The Day Baseball Died


Sports used to be America’s favorite escape hatch from the hard realities of life.

For a few hours, whether alone or with a bunch of your relatives and/or friends, you could just kick back and relax, munch on snacks that were no good for you, and get in major spats where everyone knew you would still be on speaking terms when it was all over.

More than merely symbolic, there was a kind of almost reverent moment that occurred at the top of each game. It was when the national anthem rang out.

The whole country would pause, and in those few seconds we would all be of one heart.

Seems so long ago and far away now.

For those of us who are into baseball, the past few months of lockdown purgatory have relegated us to watching reruns of old little league games as we looked forward to the opening of the season.

In no way could we have ever been prepared for what we were about to witness on that surreal July 2020 start date.

Pre-game ceremonies force-fed us a political menu. The emotionally charged images included a video featuring the voice of famed Hollywood actor Morgan Freeman, which popped up on our TV screens to deliver a social justice message.

With what must have been a collective look of shock and awe on our faces, at that solemn moment when the notes of the national anthem wafted through the air, players all over the place did the unthinkable—they took a knee.

If that wasn’t bad enough, here’s a short list of things that twisted America’s favorite pastime into a major league pretzel:

– Cardboard cutout fans watch as compliant players appear with masks over their faces.

– A fake soundtrack is a stand-in for real crowd noise.

– Social distancing rules the dugout.

– Fenway Park treats folks to a 250-foot BLM billboard.

– Oakland enlists the voice of actor Tom Hanks to peddle peanuts.

Adding to the weird opening day was the choice of Dr. Anthony Fauci to throw out the traditional first pitch. It was the game between the New York Yankees and Washington Nationals. The infectious disease expert boldly took his place at the pitcher’s mound.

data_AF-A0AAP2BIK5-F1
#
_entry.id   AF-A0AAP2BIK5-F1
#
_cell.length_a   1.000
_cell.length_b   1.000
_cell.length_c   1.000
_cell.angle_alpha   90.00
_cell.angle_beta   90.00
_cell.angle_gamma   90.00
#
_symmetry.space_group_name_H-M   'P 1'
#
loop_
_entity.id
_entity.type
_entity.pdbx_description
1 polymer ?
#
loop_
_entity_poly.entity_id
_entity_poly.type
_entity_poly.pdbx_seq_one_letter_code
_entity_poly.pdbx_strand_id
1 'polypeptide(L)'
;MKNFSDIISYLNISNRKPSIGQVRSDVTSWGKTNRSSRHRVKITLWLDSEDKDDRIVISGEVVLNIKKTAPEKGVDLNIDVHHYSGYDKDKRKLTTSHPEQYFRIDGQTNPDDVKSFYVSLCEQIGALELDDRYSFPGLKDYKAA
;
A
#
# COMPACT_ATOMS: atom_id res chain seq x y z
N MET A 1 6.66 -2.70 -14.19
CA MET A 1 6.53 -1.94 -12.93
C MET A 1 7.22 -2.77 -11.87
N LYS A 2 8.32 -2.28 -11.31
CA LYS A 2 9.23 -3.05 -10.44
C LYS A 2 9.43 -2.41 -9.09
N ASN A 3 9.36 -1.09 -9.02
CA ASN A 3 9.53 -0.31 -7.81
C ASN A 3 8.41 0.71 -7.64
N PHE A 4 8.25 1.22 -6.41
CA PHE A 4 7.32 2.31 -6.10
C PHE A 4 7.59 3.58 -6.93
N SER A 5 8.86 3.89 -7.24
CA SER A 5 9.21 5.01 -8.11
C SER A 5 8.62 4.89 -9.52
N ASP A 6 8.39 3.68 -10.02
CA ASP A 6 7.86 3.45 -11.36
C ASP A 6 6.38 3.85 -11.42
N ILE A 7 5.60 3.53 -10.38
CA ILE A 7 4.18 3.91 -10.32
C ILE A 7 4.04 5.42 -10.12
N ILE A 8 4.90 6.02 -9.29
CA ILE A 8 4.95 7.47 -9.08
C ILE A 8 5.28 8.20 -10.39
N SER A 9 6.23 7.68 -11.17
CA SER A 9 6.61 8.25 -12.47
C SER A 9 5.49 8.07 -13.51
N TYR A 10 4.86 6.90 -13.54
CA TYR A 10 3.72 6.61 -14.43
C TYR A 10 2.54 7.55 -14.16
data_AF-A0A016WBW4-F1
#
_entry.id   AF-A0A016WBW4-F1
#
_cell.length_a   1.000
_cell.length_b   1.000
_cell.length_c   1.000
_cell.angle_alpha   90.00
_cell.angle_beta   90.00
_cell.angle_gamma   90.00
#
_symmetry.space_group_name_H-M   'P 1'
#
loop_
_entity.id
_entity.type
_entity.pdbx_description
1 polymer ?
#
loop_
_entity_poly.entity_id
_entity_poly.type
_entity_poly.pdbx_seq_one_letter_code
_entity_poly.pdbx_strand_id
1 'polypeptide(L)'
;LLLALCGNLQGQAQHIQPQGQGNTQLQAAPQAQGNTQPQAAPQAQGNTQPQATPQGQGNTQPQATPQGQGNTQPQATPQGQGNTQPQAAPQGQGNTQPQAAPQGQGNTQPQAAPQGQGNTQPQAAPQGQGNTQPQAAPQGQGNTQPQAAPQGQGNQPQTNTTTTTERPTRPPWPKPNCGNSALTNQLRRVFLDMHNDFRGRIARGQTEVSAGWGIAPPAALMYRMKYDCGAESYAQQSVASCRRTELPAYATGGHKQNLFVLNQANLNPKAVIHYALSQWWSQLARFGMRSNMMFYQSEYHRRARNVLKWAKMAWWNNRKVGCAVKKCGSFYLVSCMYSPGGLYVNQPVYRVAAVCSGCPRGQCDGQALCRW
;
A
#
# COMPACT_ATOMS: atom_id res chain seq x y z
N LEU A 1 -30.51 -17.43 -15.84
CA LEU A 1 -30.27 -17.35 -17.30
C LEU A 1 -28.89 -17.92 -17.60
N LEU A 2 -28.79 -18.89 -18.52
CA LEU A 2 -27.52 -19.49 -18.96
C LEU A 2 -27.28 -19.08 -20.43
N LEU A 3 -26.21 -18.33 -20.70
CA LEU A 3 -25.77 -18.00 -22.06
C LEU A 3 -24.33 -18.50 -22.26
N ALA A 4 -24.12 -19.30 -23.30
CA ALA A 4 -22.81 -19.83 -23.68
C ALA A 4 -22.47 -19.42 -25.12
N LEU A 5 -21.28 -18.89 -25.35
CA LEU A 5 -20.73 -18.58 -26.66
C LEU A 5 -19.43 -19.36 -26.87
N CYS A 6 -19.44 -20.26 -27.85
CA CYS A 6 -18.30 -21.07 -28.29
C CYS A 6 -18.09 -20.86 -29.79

In what looked like a metaphor of his failed public health predictions and flawed computer models, Dr. Fauci threw out a pitch that was off target to the point of ridiculousness.

Kyndall Freer, social media editor for Yahoo Sports, quipped in a tweet that “Dr. Fauci’s first pitch was just trying to social distance from home plate.”

Freer was being kind.

But here’s something that was even worse than Dr. Fauci’s wild pitch. It was the image of him in the bleachers, yukking it up with friends who were fully masked when he wasn’t. His mask had been yanked down to chin level, and he had failed in social distancing to boot.

After critics assailed him, he apparently felt the need to speak out. In an interview with Fox News, Dr. Fauci sounded unmistakably defensive.

“I had my mask around my chin. I had taken it down. I was totally dehydrated and I was drinking water, trying to rehydrate myself,” Dr. Fauci said.

His explanation isn’t flying. There was no water in sight and his lack of social distancing speaks for itself.

Hanks once delivered a line in the 1992 movie “A League of Their Own” that has stuck with a lot of people over the years.

“There’s no crying in baseball!” Hanks’s character Jimmy Dugan says.

Sorry to have to tell you but there is today, Jimmy.

Because in the end, baseball fans young and old are now left wondering if the Boys of Summer can ever be resurrected again.